The Algona Upper Des Moines from Algona, Iowa on November 2, 1892 · Page 6
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The Algona Upper Des Moines from Algona, Iowa · Page 6

Algona, Iowa
Issue Date:
Wednesday, November 2, 1892
Page 6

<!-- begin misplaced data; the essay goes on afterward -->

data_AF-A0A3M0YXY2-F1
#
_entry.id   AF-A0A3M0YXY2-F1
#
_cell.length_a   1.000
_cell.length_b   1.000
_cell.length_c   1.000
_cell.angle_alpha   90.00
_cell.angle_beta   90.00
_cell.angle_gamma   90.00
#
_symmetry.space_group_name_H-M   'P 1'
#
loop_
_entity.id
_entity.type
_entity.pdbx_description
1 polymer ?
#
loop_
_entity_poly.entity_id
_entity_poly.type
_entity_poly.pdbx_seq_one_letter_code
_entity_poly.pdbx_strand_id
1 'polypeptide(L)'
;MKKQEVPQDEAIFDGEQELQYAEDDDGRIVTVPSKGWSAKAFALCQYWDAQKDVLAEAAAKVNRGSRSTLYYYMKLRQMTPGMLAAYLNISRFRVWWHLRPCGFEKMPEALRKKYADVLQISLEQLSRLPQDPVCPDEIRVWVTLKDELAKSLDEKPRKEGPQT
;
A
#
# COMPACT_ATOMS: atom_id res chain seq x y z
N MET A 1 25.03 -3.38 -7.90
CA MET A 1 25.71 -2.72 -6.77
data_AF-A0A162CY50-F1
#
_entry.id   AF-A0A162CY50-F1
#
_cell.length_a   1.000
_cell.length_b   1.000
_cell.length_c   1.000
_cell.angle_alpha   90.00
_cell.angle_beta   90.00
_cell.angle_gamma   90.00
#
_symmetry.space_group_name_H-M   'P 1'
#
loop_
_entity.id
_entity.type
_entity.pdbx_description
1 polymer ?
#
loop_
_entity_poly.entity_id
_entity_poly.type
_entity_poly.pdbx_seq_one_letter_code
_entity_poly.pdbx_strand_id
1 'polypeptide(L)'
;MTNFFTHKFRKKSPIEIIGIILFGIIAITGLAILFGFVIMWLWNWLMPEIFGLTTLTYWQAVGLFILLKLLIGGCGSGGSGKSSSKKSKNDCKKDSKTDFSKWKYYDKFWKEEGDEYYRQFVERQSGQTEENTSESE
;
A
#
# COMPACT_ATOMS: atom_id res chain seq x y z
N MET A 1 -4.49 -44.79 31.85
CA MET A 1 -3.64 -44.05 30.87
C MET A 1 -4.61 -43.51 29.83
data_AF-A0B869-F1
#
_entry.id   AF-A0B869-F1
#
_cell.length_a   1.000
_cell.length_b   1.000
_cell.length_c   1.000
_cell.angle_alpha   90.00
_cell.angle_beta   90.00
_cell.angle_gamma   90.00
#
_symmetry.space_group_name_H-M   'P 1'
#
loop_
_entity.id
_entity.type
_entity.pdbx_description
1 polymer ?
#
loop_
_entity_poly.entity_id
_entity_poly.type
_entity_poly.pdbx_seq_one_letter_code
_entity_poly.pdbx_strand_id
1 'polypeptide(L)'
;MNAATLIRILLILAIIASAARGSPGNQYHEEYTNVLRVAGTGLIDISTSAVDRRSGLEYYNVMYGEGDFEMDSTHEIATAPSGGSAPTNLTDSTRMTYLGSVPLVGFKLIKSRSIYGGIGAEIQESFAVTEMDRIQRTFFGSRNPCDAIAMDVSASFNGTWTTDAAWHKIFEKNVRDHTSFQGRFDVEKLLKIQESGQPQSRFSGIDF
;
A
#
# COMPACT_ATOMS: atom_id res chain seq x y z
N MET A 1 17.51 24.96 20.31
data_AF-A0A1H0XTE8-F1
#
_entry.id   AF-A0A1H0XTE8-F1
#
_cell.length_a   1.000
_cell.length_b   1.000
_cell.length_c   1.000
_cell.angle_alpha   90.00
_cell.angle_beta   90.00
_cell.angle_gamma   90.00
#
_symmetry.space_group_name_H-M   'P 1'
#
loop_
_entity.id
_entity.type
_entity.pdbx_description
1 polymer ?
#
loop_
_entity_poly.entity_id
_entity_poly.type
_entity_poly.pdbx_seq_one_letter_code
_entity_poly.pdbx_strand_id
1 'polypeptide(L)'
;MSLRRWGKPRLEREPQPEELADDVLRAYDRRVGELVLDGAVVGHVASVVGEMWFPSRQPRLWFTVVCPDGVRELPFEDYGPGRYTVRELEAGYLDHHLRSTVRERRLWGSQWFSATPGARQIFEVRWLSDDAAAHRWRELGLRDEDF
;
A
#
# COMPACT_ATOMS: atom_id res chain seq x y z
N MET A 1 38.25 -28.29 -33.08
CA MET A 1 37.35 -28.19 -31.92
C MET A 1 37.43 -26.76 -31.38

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WPjR SMQtNES^ALMA. IOWA, WEDNESDAY* NOVEMBER \ UNDER THE BED. iillhclolplil.-i Woman's FHftlit at the Merc RiRht of it 1'iilt- of Hoots. It will perhaps not startle mankind J£bt|orally to Inarn l.hat there is a lady residing somewhere on the, west side in this corpulent city who looks tinder '-.or bed every night before she blows wilt, tho gas to see whether some bold, bad man has not come in, unawares and is lying in wait to see where she puts her false tenth. She has boon doing this for no living man darns say how many summers. Not because she has any objections to a man. for she is unmaaried and has not altogether surrendered hope, but she very properly objects to a Irian under her bed. As there are probably very few women in New York who look under tho bed before retiring this one is sufficiently designated when I say she resides in a fashionable quarter under tho protecting wing of a male parent and two bachelor brothers. Her maid sustains the relation of picket-guard in a small communicating room. One of the bachelor brothers is of a .convivial tiirn of mind and is liable not to come homo nights. Tho first black- bass day of .the season the convivial brother went a-iishihg. Tho motion of tho water during the day had the effect of curiously turning his head; so that/ when ho came homo early in the night ho began to divest himself of his fishing garments as soon as he got into the hall, hanging his piscatm-ial coat on the newel post and distributing tho rest of the outfit right and left as he won tup to bed. This saved valuable time and will servo as a pointer to those who are prone to fall into bod with their boots on. It«so happened that the maiden sis- tor was doing tho society act around tho corner ati'd came in 'later, accompanied by her maid. Tho former at once discovered the strange-looking coat filing 'round the newel post stud almost fainted.' But the maid is of a more mnsculino build and temperament and came out strong in this emergency. "It's somebody in the house, ma'am," she hoarsely whispered. "Don't say a word an' we'll.yet him him!" "But, Lam-Si Laura! Just think! I don't want him!" whimpered tho mistress. "Indeed, I can't go np there!" "Then you stay in tho dr'awiiig-room, ma'am, and I'll go up and wake Mr. •Charles." "No, no—ho might be in the basement this minute packing tho silver. I'll go with you, Laura. I'm such a coward and vou're so strong and brave!" " .7 ho used to exclaim: "This is too Dad of yon. One at a time, gentlemen; I'll Serve you rt.ll in turn." Joey had a way parrot that usually adorned the barroom, and this mode of "rushing Joey," as the boys called it. occurred sA frequently that Polly was not long in "catching on," and I have scon her literally scream with delight when the boys entered with a nish, and in the thick of the fun Poll would exclaim: "One at a time, gentlemen; I'll serve you all in turn." Poll became a great favorite with the customers, but her language was not at all times up to drawingroom stand-' ard. However* one fine morning the boys entered as usual, but poor Poll was missing. It appeared that in cleaning tho cage the servant had thoughtlessly left the door open, and the bird had escaped to the garden and flown off. Nothing was heard of her for a couple of days or so, when Joey was informed that Polly had been seen in a field a few hundred yards from the house, in tho midst of a flock of rooks and jackdaws. With cage in hand, Joey and a few of tho boys started in pursuit of tho missing'bird. On approaching the field whore Poll had been seen they heard a mighty clamor among the rooks, and looking over the fence discoverod that Poll was there, but in a most unenviable position. Tho rooks had pocked and crowded her back into one corner of the field, where she was supporting herself by her tail and one foot, while with her beak and the disentangled foot she was defending herself at the same time oxclaimingat the top of her voice: "One at a time, gentlemen, one at a time. I'll servo you all in turn." MEN WlTK PRETTY KAil.S. 1h*re Arc rii-ntj- of Thcin to tic Seen Washington. IB They stole quietly up-stairs. At tho head of the first flight they came across another old garment. "It's his vest," said the maid, "and "hero's his cap," she added, picking up the ill-smelling headpiece between her thumb and forefinger. "Uffh! it smells of lish?" "Oh, dear! He must have expected to stay all night!" _ They hesitated just a minute and listened. The -customary snore from tho next floor back was reassuring. "It do sound nice," saiil Laura. "Mr. James ki in, anyhow, and ^that's more than we have any right to expect." Both women braced up. "I^don't believe no.burglars come in and throw thoir clothes around like this," finally remarked the shrewd serving "irl. "I'll find out before I make a fool of myself," she added. "You go in your room, ma'am, an' lock the doors if you want to, I'm going down into the basement." With considerable reluctance and some protestation the mistress, having iirst, explored the maid's room and her own chamber by the full glare of the gas, consented" and the maid went boldly down into tho basement. She found tho silver and everything else all right and had started up-ltairs again, when an unearthly shriek rang through the, house. She How up-stairs two or three stops at a time and rounded the second-story landing just as a gentleman in his night dress, armed with a murderous-looking pistol, rushed from the back bedroom. They telescoped on the curve and wont down with a noise like putting in the •winter's coal. "Oh, dear! Why, Mr. Charles!" .groaned tho maid. "Don't shoot!" "You confounded fool!" yelled the old bachelor, rubbing his bruised bald head—"it's you, is it!" "Wow! Yow! Murder! Help!" came from the front room and forgetting thoir own bruises both master and -•want scrambled to thoir feet ami sashed to the rescue. "Hero he is! Un-dor-my-bed!" § aspod tho half fainting .mistress, oublcd up in a lioap on the tloor. Quick as a Hash Iho bold maid sprang for the bed and tho now thoroughly aroused bachelor brother, catching eight of a dirty pair of boots, thrusl tho pistol under, shouting: "Conio out there or I'll shoot!" And lie grabbed the nearest boot and gave it a terrible jerk—and fell back on the (floor with nothing but a boot! \ "Wlm-wha-wlmssor row 'bout?" . It was tho other bachelor brother, his nightrotfo on wrong sido foremost, swaying on tho doorknob. "Whuz-all-erow 11 Nobody ca-catch fish 'z all zis noise! Gimme my boot- watcher doin' wi-wi-my bootP EhP 'Idgot yer foot wot? Lesh noise- catch more fish — zee? Pass bait, pleash!"— Philadelphia Jteconl. PRETTY POLLY'S STOCK PHRASE. Who Will Explain? To-day 1 feel like darning. To-morrow I may feel like darning, darning. To-day I want to visit. To-morrow I wish my visiting list was wiped out. To-day I am sure that everything is arranged and managed for my best good. To-morrow I am likely to lie equally certain that I am tho'victim of fate and that blind chance rules the universe. To-day 1 am glad I am alive. To-morrow I may wish I had never been born. To-day I speak softly and tenderly to my fellow-creatures. To-morrow if I speak at all it will be with tho voice of a shrew. To-day I am prefeetly happy and know I shall never be anything elso. To-morrow finds mo abjectly miserable and thoroughly'convinced' I always shall bo. To-day my children are so lovely that I am sure thoy must have had a heavenly origin. To-morrow I am in considerable doubt about their celestial pedigree, but have none at all cocerning their ultimate destiny Do I learn anything from this ex- perince. No.—Eleanor Kirk's Idea. A Boy's Essay on Cats. A small boy in one of the Detroit schools recently handed in this position on cats: Cats have four legs and nine lives. Why they are five len-s shore I don't kno at this time. I gess I can find out tho when I die. I think cats wood be a gonld decl fnnnyer if they nine legs and live lives, don't you? Cats have tales which they rap rouurl thare feat when they set down so as to hold them together. I kno a bob- taled cat tha,t is ashamed to wet down in public a tall. I jress it is afrade its feat willskatter. Tharo are Tom cats and Puss cats, which the Tom cat is more massive and as a more sounding voiso, in the midnight darkly when all cits is still. Cate cries like babies sometimes, but you can not giv them parrygorick to quiet thare norvns systems like you can babies. Wo have a baby at our house that I gess has driuked about four quarts of parry gorick and every nito it cries jnst tho salm for more. -I goss that baby must hav the parry gorick habbit. 'Young cats are very frisky and thoy will play all day because thoy don't hav no skool to go to. I gess I would like to be a cat till I was growed up to ho a man. Cats eat milk and mice regular and the canary for dezart. Cats are very clean animals, but I never thought it was very clean to spit on their hands and wash tharo faces in the manner in which they do. I gess I have wrote all I kno about cats. P. S. Cats has Icctrisity in thare backs and they can bio up'tharo tales as big as a tli brush when they sire froshus.— Detroit Free Press, Bob Ingcrsoll Can Cook. "Men are no longer aphnmeri to b.tre their naiis attended to," said a fashionable manicure specialist to a Washington Star reporter. "Yes, indeed, they used to be very much so. Fourteen years ago, when'I first came to Washington, my occasional male customers H'ero wont to dodge into my shop in a Mieaking way, as if they feared detec tion in the act. Let your lingers rest in this little basin of warm water, if you please. But, as I was about to say, that has all changed. Very many gentlemen.about half as many as ladies, come to me to have their hands treat? ed. 'Nor.if they happen to be seen here by any of their friends, do they feel abashed. "You see people have come to con* aider it as much a matter of course to have their nails attended to as to have their teeth kept in order. Once upon a time it was regarded as nothing out of the way to have decayed teeth, and toothaches were a common complaint. Let me take your hand and dry it in this towel, so. I have quite a little arsenal of weapons, you observe, for paring the nails and other necessary operations. Take notice how delicately these little curved scissors can be employed to trim away little bifs of superfluous skin around the nails. As I was remarking, it is the thing now to have tho hands manicured. The most fashionable people have their nails put in order regularly once a week. "The art of manicuring originated in France an" was brought to this country about fifteen years ago. A little while before that it had become the fashion on this sido of the water, for ladies particularly, to possess sots of tools for improving their- own nails. If you were to have an opportunity of comparing the nails of well-bred "people to-day with thoso of a generation or two ago you would be astonished to find what air improvement there has boon. Now that I have made the tins of your nails nicely rounded and smooth-edged by rubbing with this bit of emery cardboard it is time for you to put your hand back into the wau;r for a moment. Then this young lady will finish it while I begin on tlui other hand. When two of us work together in this way wo can finish with a person in twenty minutes, whereas* it would take me ail hour to do ii aione. "French people are always more careful about little matters of personal neatness than the English or Americans —that is, the gently folks are at ali events. My best customers to-day are foreigners of the legations. It is they who have done most to make manicuring fashionable in Washington. A good many people, especially ladies, come to me every fortnight or so to have their toenails attended to. No, it is not usually because they have anything the matter with them, but merely for the luxury of the thing and the beutifyiug effect on the feet. After a person has had the nails of his handa put in order once, an inclination is naturally felt to keep them so. It is surprising how easy that it is to accomplish with a few moments of at- tion each day, pushing the skin back around each nail whenever the hands are washed and trimming them carefully. The finest manicuring implements are imported from Europe. Now 1 will give the nails of yoin- other hand a final polishing and you will be finished. Do they not look nicely!" Johnny on Married Polks and Girl^ Mamma and pa'pa gets mad every once in a while and has a great time about nothin'. You'd think thoy' eat each other up. But when mamma goes oil' visitiri' papa acts like a cry baby, and when papa goes' off on business mamma is a cry baby till he gets back safe. Other boys say their papas ries for the child's noiirishment, they kissed the ground and slowly turned their stcr* toward the darkened tepee, never again to hear the patter of the little restless feet, the baby voice, or feel the clasp of the tiny hand. The baby tongue was stilled forever, and in that Indian mothers heart, was an unutterable longing, a grief that could never be healed. . "The Indians always burv with their children the playthings "they have loved in life. Among the Fl'atheada especially the toys and small belongings of the children are sure to bd placed under the little tent which is placed over each dead body." ALL ABOUT TOUCANS. 5fn«y Arc Sociable Birds, Resembling Btohkeys In Theif Hnblts. and mammas is the same way. I guess it's malaria. I like girls. Some boys don't, but that's because thoy doesn't know how to manage 'cm. Girls gets tired of everything so quick that all you got to do is to lot 'em have thoir own way till thoy guts tired of it an' then you can boss 'om all the rest of tho day. J <ruess womens is the same wav.— iV Y Herald. * No fowls of the air more admirably typify in their own persons the effect of a forestine tropical fruit-eating life than the gorgeous toucans. Their big bill enables them to reach out from afar at fruits as they sit at their ease on the trees that bear them, and to tosp them off at a gulp in a large and airy manner that is very characteristic of all the whole-swallowing fruit eaters. They are gregarious and sociable birds, to a great extent organized into a fixed community; for they make common caiVse against enemies, such as owls' and falcons, whom they surround'and mob, with one accord, after the fashion of all dominant races, as rooks do in England. Having thus little need for protection, thoy are noisy and clamorous in their native woods, resembling in all these respects tho other gregarious fruit eaters, like parrots and monkeys. In short, they display for us in full perfection tho free democratic, fearless, open and gossipy life naturally engendered in tropical surroundings among powerful and social frugiverous species. But it is more especially tho gorgeous coloration of the toucans which renders them most typical in many ways of tho habits and manners of the larger fruit-eating birds. Flower- hunting and fruit-eating creatures, such as butterflies, humming-birds, cockatoos and lories, almost always develop in the long run a marked ojs- thetic taste for pure and brilliant colors', which reacts at last through sexual selection on tho their own appearance. Accustomed to seek their food among bright tropical blossoms or gaudy Southern forest trees like mangoes and star-apples, the feathered aassthetes acquire a hereditary lo^e for color which influences them in the end in the choice of their own brilliant mates and so secures the perpetuation of th most beautiful and most gorgeous o the kind by unconscious selections And in this respect the Cornliill Maga zinc says th.itthe toucans are absolute ly unsurpassed in the whole range o nature; their large 'and richly-colore bills, their delicate breast plum»ge and bodies generally, present a variot of melting tints and contrasted hue nowhere else to bo found in equall} close display on any other animal. People who have only seen stuffei toucans in a museum, however, cat have no proper idea of the astonishing magnificence and beauty of their rain bow coloring in a state of nature For the most delicate and most irri descent of all their hues are those o the big beak and the soft naked part of the face and body! Horo, blue anc green, crimson, orange, and yellow pass quickly into one another by dainty gradations. Unhappily tho tints o the soft parts are so very evanoscen thai they disappear altogether within •> fetv hours after death,and without then to harmonize the general etl'ect of th whole, the gaudy coloring of tho per manent plumj.'ge is apt to strike one in a museum, as positively garish in its crude reds and yellows. A living toucan, on the contrary, though al most barbaric in its magnificence, can never bo accused of vulgar bad taste it is like St. Mark's at Venice, or the Moorish decorations of the Al ham bra at Granada, polychromatic to the las digging a trench for siege practice near the town of that name in 1860. We cannot doubt that this glorious trouvaille was the "camp equipage of some very rich traveler, probably a lloman general —though conjecture has boundless field for speculating how it could find its way to Hildesheim, which the lloman armies neverreached There are stewpans, pots, plates, _ a batterie do cuisine complete, all of silver, exquisite in lorm and in ornament; the legs, so to call them, of a. table, stands for lamps, and other things indefinable, all silver and all lovely; a complete dinner service, plates, dishes, cups, goblets, of beautiful Greek work, in silver, with gold wreaths and attachments. One might say in truth that the goldsmith's art could not go beyond the grace and richness of these articles—many of which are ascribed to the first century\ A. D.—had not the Russian finds surpassed them. The Hildesheim treasure is at Berlin; tho Russian at tbe Winter palace. That, in truth, is glorious beyond imagining. Of one piece M. Thiers declared, in ranture, that a nation would be justified in making war on the czar for possession of it This is the "Nikopol vase." Volumes have been written and libraries will be written on these marvels. Therefore we do' not dwell upon them. Thoy have been recovered from tumuli in the neigborhood of tho ancient Greek oolouies on tho Black sea. A SWEDISH §ATH. I tvas advised while in Stockholm i take a Swedish bath. I was m miliar with the Turkish and R but of. the Swedish I had not heS but as a bath is always a luxury I quite willing to avail myself.of tho on portunity. 1 purchased my ticket f ro a young woman in the office on t lower floor of the bath house, at a cost! of 1 kroner—50, or about 40 cents- passed up one flight of stairs ar youngl 1 a finely! CARE OF EX-CONFEDERATES. How tho Southern Stilton Treat, Their Disabled VoteritiiB.of tho War. degree, yet monious. always beautifully bar- SOME FAMOUS FINDS. Wonderful Treasures Unearthed In Spain, Germany and KuttHia. It Came In Fat In tho Course of a liuttle AVith liouks. A friend of mine was keeper of a hotel in the old country famed for its excellent accommodation and superior bitter beer, says a writer in the N, Y. Beconler. His name was Joseph Nor- vls, but among the boys he was bettor known as "Joey." \ Joey was a little man, no more than feet. 2 inches in heiglit. He dressed faultlessly and was methodical to a degree. Np gue«s work about Joey. \VliBii he said yes he meant yes. But Joey had a little temper of his own, and nothing delighted the boys more than to rush into Joey's barroom eight or ten at a time and all call at once\for their glasses of bitter beer, while keeping up a running fire of chaff. Thfs invariably irritated tho little man. amP Col. Robert G. Ingersoll and Lawyer Edward Murphy were walking "together across tho Brooklyn bridge. Mr. Murphy had boon coniplimontiTig Col. Ingersoll upon a logal argument ho had boon making. Tho colonel thanked him but said": "That is nothing. Any man can be an orator; any man can make a legal argument; any man can be a^successful lawyer; any man can make a great speech; it only takes study and hard work. I am not at all proud of being able to do any of those things, but there is one thing of which I am very proud, very proud. "What is that colonel?" "I can cook mushrooms better than any one else in all tho world."— New York Journal. A Chinese Baby. Mpa, the daughter of tho Chinese minister in Washington, is a personage of much interest at tho national capital. She is only a year old and can scarcely toddlo. Chinese etiquette forbids tho attaches of tho legation to recognize tho minister's wife and sis- tor-in-law, even though thoy pass those ladies on tho stairs. But they exchange salutations with the infant, who, perhaps, with tho privileges of her ago, makes the first advances. Mea's name means "Beautiful Ameiv ica."—A'awsns City Times. It is stated that 40,000,000 of Queen Victoria's subjects in India never knov it is to «ot enough to eat. wvuut it \ A PAPOOSE BURIAL. a .tlothor'H Wild I.ulliiby Over Her Llttl« Dead liiiby. One who roamed the Northwestern Un-ritury years ago relates the following pathetic story, says the Hs-lona Journal, of the burial of a papoose near riuattle, which ho happened upon by hearing the mother's lament: "Creeping nearer," hu said, "1 saw two squaws in tho door of tho topee powering over tho embers of a dying lire. Both were waiting, keeping the the wake for the dead, and one hold clasped to her breast a little stiflly bound bundle. Starting in a low gurgling sound, thoir wall rose louder ;intl louder on the sti'll night air, until at last it culminated in a prolonged shriek. It came and went, and ciime ruid went again, that lament for the .lead over the little body incased in its olill wrappings that had been all the world to her. "To-morrow would see it pass from her sight forever— to-night it was cradled in her arms. After a little the passionate lamentions subsided, and by and by tho mother began to croon to herseli a lullaby, used by the women of the Flalhoads for hundreds of years. Roughly translated, it runs thus: , Swinsr. little one, lullaby, Tliou'rt iiututime to wui*|>; MoiiaT CUIVB for you— shy is nigh, Slaifv, my llulu ono, sluup. tiuntly, gi'iHly, wot! one swing; GunUy, gc-iiily, while 1 sintj 1 , K-wo wti-wu, lulliiljy. "In all my life I have never heard anything so heartrending. Silently I utole away and leJl t'ui mother rocking her dead baby in her arms. "Next morning when I resumed my journey I camo across the two squaws, who were arranging tho grave for the dead baby. Bending over the tightly swathed bundle, they kissed it again uud again, then sobbing, began to throw in clods of earth until thiTgrave was lilled- then leiiyinu- um? bor? The recovery of tho Spanish galleon wreaked off Hispaniola, of which the bullion was secured by some English speculators in 1(387, has cost later iren- erations dearly. The duke of Albemarle, governor of Jamaica, received £90,000, the royal share was £10,000, gentlemen who had adventured £100 took £8,000 to £10,000. Innumerable have boon the disastrous enterprises which this success promoted. Within the last few years we saw a company formed to recover Napoleon's army chest, sunk, with the vessel that contained it, at the battle of Abukir. Perhaps the most interesting find, saving those wondrous tombs in South Russia, was tho "treasure of Guarra- zar," discovered in 1858. Some peasants traveling near Toledo noticed objects of gold and jewel work washed partly out of the ground by heavy rains. They broke them to pieces and divided them. Happily, an intelligent man heard the story in time, bought np every fragment, pieced them all together, and lied to Paris, where he sold tho lot to the Musee Cluny. Tho objects proved to be eleven crowns—mostly "votive"—of Gothic monarchs who ruled Spain during the seventh century. Of the owner in two cases there is no doubt at all, for they boar his name in letters of gold hanging by gold chains from the circles, with a jewel pendant from each letter. One bears the simplelinsorip- tion, "Suinthila," who reigned from 621 to 681 A. D.; tho other, "llecces- vinthus rex offeret." His date was 649-672 A. D. Two, if not more, are queens' crowns. One, the largest, has thirty bi^ sapphires and thirty pearls of great size; below it hangs a cross set with largo sapphires and pearls, which, again, has jeweled pendants. But we must not describe minutely objects which are, perhaps, better known to antiquarians at least, than any pieces of goldsmiths' work exist? ing. The "treasure of Hildesheim" also is priceless.' It was found by soldiers Georgia's confederate pension, system, under which disabled veterans received from $'J to $2.0 per month, according to the disability, is highly creditable to the state, but it should accept and maintain tho home near this city in order to complete the good work, says the Atlanta Constitution. It will bo of interest to review tho situation in other southern states. Virginia led in tho movement, and established a confederate homo at llichmond, for the support of which the state expends $10,000 a year. Pensions to the amount of $5,000 annually are also paid. Alabama has no home, but pays §215,000 year in pensions. Arkansas has a liome at Little Kock built by private subscription, supported l»y state aid. Florida has no homo, but payu §30,000 year to disabled confederates who iavo resided in the state fifteen years. Mississippi is without a home, but has made liberal provision for her indigent and disabled confederates. Missouri Days no pensions, but a movement is >n foot to raise $100,000 to endow a home without state aid. Maryland has a home costing $-10,000 near Baltimore, aided by the state to the extent of $10.000 annually. Louisiana has a home near New Orleans, and the state grants it §10,OOQ a year. North Carolina not only pays pensions, but has appropriated $41,000 for a home. South Carolina pays about $50,000 in pensions, but has no home. Texas has a home established by subscription. It costs $3,500 a year. Tennessee has established a home at the old home of Andrew Jackson, "The Hermitage," tho state having given 475 acres of land and $10,000 for improvement in 1889. The legislature in 1891 appro- handed the ticket to another wornan t who ushered me into furnished parlor In a few moments another femala appeared who spoke pleasantly to roe but I could not understand a word' She was handsome, tall and stronm her dress was flowered, with a red 1 ground; it had no sleeves—less thatJ no sleeves—it was cut under the arms 1 decollete! The entire ' ' * dress was covered by apron. Her blonde hair front of her! a white linen! grew thick;I and a bunch of it budded gracefully on the back of her head. She repented! her former remarks with a smile. I simply answered, "Bath, bath!" She then said, "Parlez-vous Francais?" I replied, "Nay, nay." She said "Sprechen sieDeutschP" "Bath," said I. She then started to leave the room and motioned me to follow. "Barkis was willing." I was conducted into as line a bath-room as I had ever soon. It was upholstered in maroon velvet- there wore mirrors, chairs, sofa, hooks' for your clothes, slippers, etc. The bathtub was of polished olive wood,encircled by bands of gilt and silver,with large, bright-headed nails driven in all around it. This lovely Amazon and I gave up our language and became dumb, that wo might learn of each other by signs. I soon heard tho water roaring in the tub, and with a "Swedish movement" of her hand she motioned whore to hang my clothes. When I was partly undressed she picked up a silver hell, dangled it before my face, and then placed it on the window sill beside the tub and left tho room. A little later I stood in tho bath: I reached for the boll, rang it. anil this same Venus of the bath appeared. She laid her hand on my shoulder and motioned me to sit down in tho tub. I sat. She then made, by the use of a long towel, a kind of a hammock, which she placed across the head of the tub. My next position was to lie on my back, my head resting in tho hammock; thon this water nymph commenced operations in earnest. Up she took my left leg and with brush and soap scrubbed it well. Then along my side underneath the water swung her strong arm to and fro from throat to foot, like a mighty pendulum. Presently I was turned over with my face in the hammock, to havo my other leg operated upon and my back scrubbed. I then sat up in the tub and was thoroughly shampooed. She then led me a step or two, and after a kindly push I found myself in a small enclosure taking a refreshing shower bath; after which she throw over me a largo cloak made of Turkish toweling, and at once gave me a thorough rubbing down until I was dry. I was then seated upon the sofa, and she sat by my side! She pluced my clean foot in her massive lap, and priated §25,000 for a building and §5,- / with the aid of scissors, file and cham- 000 a year for its support, and in addi- ois, put it in perfect order. Before tion $GO.OOO,orso much thereof as may -•----'.. -• - . . be necessary for expenditure annually in pensions, which range from $2.50 to $25 per month. It is thought that $25,000 per year will cover the pension list. Of all tho southern states Ken tucky alone has made no provision, for her ex-confederates. THESE ARE BOSTON GIRLS. They UoHumhlo Diana's IfunlroHses, cording to Vary Gitad JiiflRCH. Ao Any one who thinks that phvsica. development and training are likely to make girls "mainline" will do well t« ask to be admitted to the norma school of gymnastics at a time wlicr. the young ladies are at thoir workdays tho Transcript. The Listener saw some hundred of them the other day (there seemed as many as a hundred. thou»l he did not count them), and he perceived nothing masculine about thorn except their instructor, who was a man, and ono student, who was a man, too. In the gallery there were two youn gentlemen as spectators; and whci during a recess, tho girl students were amusing themselves in all sorts of ways, and making calls upon one another, running laughingly hand in luiiid as they did so.onoof thoso youn» men remarked, "Not much like' boys° ehP" and tho other said, "Not much! And yet some of their exorcises were not unworthy of the strength and sun- :)leness of a man. One thing that particularly pleased the Listener was tho class running. The girls ran several ;imos around the hall, like Diana's .uintresses, gracefully and beautifully. One might havo supposed that skirts, stays and generations of indoor stupor had put an end forever to the ability of women to run swiftly and «race- ully, but it is apparent that this art, as well as many other beautiful athletic things, was only dormant. A itt.le following of nature brings it all back. There are many movements in he Swedish system of physical train- ng which are not beautiful in themselves, but it is explained that they are merely means to an end, and are >racth'od for the saka of the reaction! they prodiif.f* upon the system. She Is a Martyr. A famous duchess in London recent- y went through tho ordeal of havii *« i dress made on her own fi.nire siu. tood for three hours while"the'dress, uaker wrought fifty yards of rare' old ace, that could not :.j Ollti inl "^ -own for a soiree, at the close of which very stitch had to be carefully pie e ut before the lady could Xobe The amount of torture that fah ± : en, will undergo in the ,„ , ° ot anity would astonish the iullimore American, martyrs manicuring tho uher foot she left the room, but soon returned to serve me with a glass of water. The glass was thin, it had a silver holder, it was on a silver tray, and the water was frusli 1 After my feet were sulliciently operated upon my linger nails were cut, cleaned and beautified, and before leaving the room she did not forget tp turn my socks. When I was partly dressed she returned without mv ringing the bell, and helped me o'n with my vest and coat. Then I presented her with a silver coin and she presented mo with a smile. I shall probably remember the smile long after she has forgotten tho coin. Men are BO constant! I have taken many baths, in many countries, but the Swedish i» the best of all.— (Jhurcli Union. II<: Had 'ICin Aifiiln. A New York loner, badly muddled, si. inidnijrhr ;jui into iln- house ndjuin- ing i hat, in which hi; lived, and being somewhat thirsty descended to Ilia dining room where a pitri:er of ice- water -isusiialiy stmiil on the table. The house is m.-ciipiuu us a "freak" boarding-house, wlime ^omo of tint living at tractions of Uio id me museums- find rest, mid fond. A .<u|>|i«r is nightly served to the "freaks" aiu-r their return from the various \\-.\\\s on 111" Bowery where they are e.xKil.iied. This meal was in progros.s whoi, the toper staggered ill and hu W:IK nomowliiit startU.-ii on beholding (hi stratit:<; guests. Tim double - lieiulmi woman was ogling the living skeleton; tlw .jhmless and the dwarf, having refreshed themselves, were playing eiic-hro for niekels; tlit; India rubber man wits engaged between niuiilhfuls- of food in an angry dispute \rith tlt« muscular .Samson" who holdo thousands of pounds suspended from his jaw. "What is this- 1 " exclaimed tho 1'iiebriale, looking around. Ho im- •vgined Unit he had stumbled into- Danlu'a lnlenio anil was "lad when lie- made a hasty exit.— A 7 . IT Ledger. Not a Genuine Anarchist. In a secret Anarchist mooting. Inner Guard (to head center)— "You ordered beer for every one in tue< room?" Kug- i v' ,1. There are 10,000 parishes in and with only church schools. A woman was recently arraignsd be- ore the magistrate in Liverpool 99th time. She was fined 10 »nd posts, or ten davi 1 Head Center— "Yes." Jnnor Guard— "Well, there's a little 'eil-neaded man over in the corner who says l« never drinks beer." Head Con tor -"Confusion! we are discovered."— Judge. The oil wells in this country supply oj.OJJ barrels a day. Knew \Vluit He About. Singerly— "I hear your firm offered "ii nn increase in salary or a month's vacation, and you arog>iii"-to take '•'»<* vacation. What are vou ;. ing to do Unit for? 1 should think you wouW • uther have the iiieix'aso." Strawher--"Not much, old My vacation is tlie only time Cue year that 1 can fulfiu !ovo -ru-i, "- -Ulotluer unit fellow- during with